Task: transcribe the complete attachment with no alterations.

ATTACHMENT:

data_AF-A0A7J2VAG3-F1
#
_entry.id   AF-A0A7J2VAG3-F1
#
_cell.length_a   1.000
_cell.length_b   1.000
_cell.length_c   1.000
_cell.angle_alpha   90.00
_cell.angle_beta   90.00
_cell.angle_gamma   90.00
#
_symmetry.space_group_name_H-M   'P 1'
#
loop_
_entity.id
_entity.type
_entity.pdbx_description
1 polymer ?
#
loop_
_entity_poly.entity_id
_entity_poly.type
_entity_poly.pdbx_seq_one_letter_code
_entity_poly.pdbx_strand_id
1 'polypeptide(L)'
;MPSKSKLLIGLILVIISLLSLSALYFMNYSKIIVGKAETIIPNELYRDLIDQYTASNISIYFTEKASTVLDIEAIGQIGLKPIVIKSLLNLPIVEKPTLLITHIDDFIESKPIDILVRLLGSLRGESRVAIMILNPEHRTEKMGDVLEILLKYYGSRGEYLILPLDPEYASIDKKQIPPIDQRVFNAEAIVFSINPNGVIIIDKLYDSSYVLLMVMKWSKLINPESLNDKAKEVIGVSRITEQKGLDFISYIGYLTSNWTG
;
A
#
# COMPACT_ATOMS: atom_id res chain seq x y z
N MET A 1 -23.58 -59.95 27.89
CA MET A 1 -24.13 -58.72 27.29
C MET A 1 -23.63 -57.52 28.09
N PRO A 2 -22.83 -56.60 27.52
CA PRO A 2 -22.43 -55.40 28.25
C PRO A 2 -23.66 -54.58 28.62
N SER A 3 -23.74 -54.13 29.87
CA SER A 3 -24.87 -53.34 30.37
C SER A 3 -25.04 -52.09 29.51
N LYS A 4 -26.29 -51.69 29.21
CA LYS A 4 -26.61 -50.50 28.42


data_AF-A0A7J2VAG3-F1
#
_entry.id   AF-A0A7J2VAG3-F1
#
_cell.length_a   1.000
_cell.length_b   1.000
_cell.length_c   1.000
_cell.angle_alpha   90.00
_cell.angle_beta   90.00
_cell.angle_gamma   90.00
#
_symmetry.space_group_name_H-M   'P 1'
#
loop_
_entity.id
_entity.type
_entity.pdbx_description
1 polymer ?
#
loop_
_entity_poly.entity_id
_entity_poly.type
_entity_poly.pdbx_seq_one_letter_code
_entity_poly.pdbx_strand_id
1 'polypeptide(L)'
;MPSKSKLLIGLILVIISLLSLSALYFMNYSKIIVGKAETIIPNELYRDLIDQYTASNISIYFTEKASTVLDIEAIGQIGLKPIVIKSLLNLPIVEKPTLLITHIDDFIESKPIDILVRLLGSLRGESRVAIMILNPEHRTEKMGDVLEILLKYYGSRGEYLILPLDPEYASIDKKQIPPIDQRVFNAEAIVFSINPNGVIIIDKLYDSSYVLLMVMKWSKLINPESLNDKAKEVIGVSRITEQKGLDFISYIGYLTSNWTG
;
A
#
# COMPACT_ATOMS: atom_id res chain seq x y z
N MET A 1 -23.58 -59.95 27.89
CA MET A 1 -24.13 -58.72 27.29
C MET A 1 -23.63 -57.52 28.09
N PRO A 2 -22.83 -56.60 27.52
CA PRO A 2 -22.43 -55.40 28.25
C PRO A 2 -23.66 -54.58 28.62
N SER A 3 -23.74 -54.13 29.87
CA SER A 3 -24.87 -53.34 30.37
C SER A 3 -25.04 -52.09 29.51
N LYS A 4 -26.29 -51.69 29.21
CA LYS A 4 -26.61 -50.50 28.42